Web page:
The Pimpama River Catchment is one of the Coast's northern catchments and is situated in the corridor between Brisbane and the Gold Coast. It is part of a green belt connecting Moreton Bay with hinterland areas. The catchment is bordered by the Albert and Logan River systems to the north and west with the Coomera Catchment to the south. The catchment originates in the west encompassed by the Darlington Range. The river flows east under the Pacific Motorway through a low floodplain area which is mainly dominated by sugar cane farms and reaches its destination in the Broadwater and southern Moreton Bay.
In one Aboriginal dialect, Pimpama means, freshwater crayfish (lobby), however it is really derived from the word Peempeema, which means, the place of the peewee. (Hanlon, W. E , The Early Settlement of the Logan and Albert). The area was established by European settlers in the early to mid 1800s and was mainly occupied by arrowroot farmers and loggers searching for valuable timber.
The upper catchment is largely rural and at present has limited residential/urban areas suitable for development. The river has tidal floodgates which acts as a weir between the estuarine water and fresh water. This structure has been proved to fail from time to time, when the flaps become wedged open by debris. The floodgates are currently undergoing a feasibility study to examine better solutions.
The lower estuaries of the catchment are popular for fishing, boating and recreation. McCoy's Creek is a declared fish habitat area and a zoned protected marine park. A declared Fish Habitat Area (FHA) is an area protected against physical disturbance from coastal development. Queensland´s FHA network ensures "fishing for the future" by protecting all inshore and estuarine fish habitats (e.g. vegetation, sand bars and rocky headlands) contained within declared FHAs, which play the key role of sustaining local and regional fisheries (Queensland Department of Primary Industries, 2010).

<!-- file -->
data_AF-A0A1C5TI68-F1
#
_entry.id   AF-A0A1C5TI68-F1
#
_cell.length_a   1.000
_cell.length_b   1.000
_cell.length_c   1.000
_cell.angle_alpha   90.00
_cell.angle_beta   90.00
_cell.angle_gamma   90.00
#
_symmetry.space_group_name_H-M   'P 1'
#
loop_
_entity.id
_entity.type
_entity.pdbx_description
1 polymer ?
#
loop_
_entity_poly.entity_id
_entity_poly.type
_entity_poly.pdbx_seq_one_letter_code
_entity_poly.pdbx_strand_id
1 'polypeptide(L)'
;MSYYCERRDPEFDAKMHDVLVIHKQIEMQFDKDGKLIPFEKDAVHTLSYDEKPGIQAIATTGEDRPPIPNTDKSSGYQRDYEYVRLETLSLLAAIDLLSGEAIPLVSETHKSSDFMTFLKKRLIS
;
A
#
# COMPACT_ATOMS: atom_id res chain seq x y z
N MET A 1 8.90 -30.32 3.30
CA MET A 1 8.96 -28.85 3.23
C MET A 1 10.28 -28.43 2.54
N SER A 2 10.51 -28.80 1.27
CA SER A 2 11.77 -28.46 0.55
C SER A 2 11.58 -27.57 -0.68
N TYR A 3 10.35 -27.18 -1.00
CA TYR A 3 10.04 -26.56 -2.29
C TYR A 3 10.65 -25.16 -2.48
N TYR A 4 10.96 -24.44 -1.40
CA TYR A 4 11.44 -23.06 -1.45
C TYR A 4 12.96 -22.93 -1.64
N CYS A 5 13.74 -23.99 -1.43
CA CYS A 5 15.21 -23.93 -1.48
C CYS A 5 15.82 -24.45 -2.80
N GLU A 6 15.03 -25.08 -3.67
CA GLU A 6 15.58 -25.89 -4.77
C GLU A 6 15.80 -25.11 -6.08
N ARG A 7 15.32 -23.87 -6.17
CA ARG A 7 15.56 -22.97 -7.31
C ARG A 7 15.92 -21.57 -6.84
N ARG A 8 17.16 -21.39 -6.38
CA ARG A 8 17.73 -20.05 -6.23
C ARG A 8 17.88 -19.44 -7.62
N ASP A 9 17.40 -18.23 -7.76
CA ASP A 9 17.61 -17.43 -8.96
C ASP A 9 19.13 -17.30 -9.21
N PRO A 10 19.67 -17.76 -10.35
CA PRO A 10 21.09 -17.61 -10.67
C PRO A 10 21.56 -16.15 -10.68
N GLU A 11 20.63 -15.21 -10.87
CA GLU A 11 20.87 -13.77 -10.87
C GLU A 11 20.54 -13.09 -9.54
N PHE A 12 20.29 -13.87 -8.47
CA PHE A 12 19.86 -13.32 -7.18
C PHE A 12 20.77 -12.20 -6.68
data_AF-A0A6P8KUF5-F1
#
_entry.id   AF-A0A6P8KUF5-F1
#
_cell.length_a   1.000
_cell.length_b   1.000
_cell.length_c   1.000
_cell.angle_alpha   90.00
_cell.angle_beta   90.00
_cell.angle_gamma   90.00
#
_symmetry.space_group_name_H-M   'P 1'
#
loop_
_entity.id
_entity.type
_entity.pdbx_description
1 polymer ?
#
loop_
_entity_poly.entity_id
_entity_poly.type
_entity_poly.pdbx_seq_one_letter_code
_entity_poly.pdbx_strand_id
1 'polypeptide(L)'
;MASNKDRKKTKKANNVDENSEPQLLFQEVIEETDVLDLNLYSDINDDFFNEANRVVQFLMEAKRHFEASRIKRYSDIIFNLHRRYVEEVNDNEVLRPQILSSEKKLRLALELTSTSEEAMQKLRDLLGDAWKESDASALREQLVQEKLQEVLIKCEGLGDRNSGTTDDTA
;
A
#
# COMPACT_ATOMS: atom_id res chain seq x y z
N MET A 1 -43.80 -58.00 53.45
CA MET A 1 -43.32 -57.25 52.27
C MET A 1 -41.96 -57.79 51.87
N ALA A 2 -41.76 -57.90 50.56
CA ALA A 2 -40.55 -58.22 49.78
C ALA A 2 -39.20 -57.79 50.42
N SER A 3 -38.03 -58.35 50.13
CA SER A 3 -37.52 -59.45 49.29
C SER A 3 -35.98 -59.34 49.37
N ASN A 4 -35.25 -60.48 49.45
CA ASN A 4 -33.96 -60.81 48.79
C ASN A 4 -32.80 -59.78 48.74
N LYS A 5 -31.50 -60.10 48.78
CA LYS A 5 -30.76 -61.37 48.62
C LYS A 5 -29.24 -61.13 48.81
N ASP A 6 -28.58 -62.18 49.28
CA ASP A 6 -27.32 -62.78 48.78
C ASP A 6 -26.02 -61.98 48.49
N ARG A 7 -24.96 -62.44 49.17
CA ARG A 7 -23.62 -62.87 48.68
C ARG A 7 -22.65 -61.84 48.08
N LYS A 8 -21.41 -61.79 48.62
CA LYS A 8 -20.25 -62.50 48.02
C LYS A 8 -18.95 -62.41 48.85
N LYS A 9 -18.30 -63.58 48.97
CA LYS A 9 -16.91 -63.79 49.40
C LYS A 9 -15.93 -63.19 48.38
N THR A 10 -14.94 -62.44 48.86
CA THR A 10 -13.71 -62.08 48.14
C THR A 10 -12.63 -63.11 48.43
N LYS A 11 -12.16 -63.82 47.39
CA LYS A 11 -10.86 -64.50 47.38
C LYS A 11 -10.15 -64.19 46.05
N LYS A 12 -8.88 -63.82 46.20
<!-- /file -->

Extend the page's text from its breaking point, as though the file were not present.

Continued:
West of the motorway, the geomorphology is characteristic of a fast flowing creek with numerous riffle systems and natural habitats. The water quality in this section of the river is mainly affected by stormwater runoff, rural activities and the development of future homes.
The Ecosystem Health Monitoring Program (EHMP) carried out by Healthy Waterways monitors ecosystem health of catchments in south east Queensland.
Find the latest report card findings of the EHMP on the Healthy Land and Water website.
The Riparian Vegetation on your Farm brochure is an educational tool to provide information to local landowners. The brochure communicates the importance of riparian vegetation and reassures residents that improving riparian buffers will not significantly impact on flooding or flood duration. The brochure also offers insights on how to improve farming practices and how these improvements will benefit landowners and their neighbouring aquatic environments.
The Pimpama River Catchment Study Guide is designed for use by school students and teachers, particularly those located within the Pimpama River and Hotham Creek catchments. This guide details specific catchment processes, water quality and waterway cultural information and provides learning activities designed to be utilised in both outdoor and classroom activities.
Download the Pimpama River Catchment Study Guide.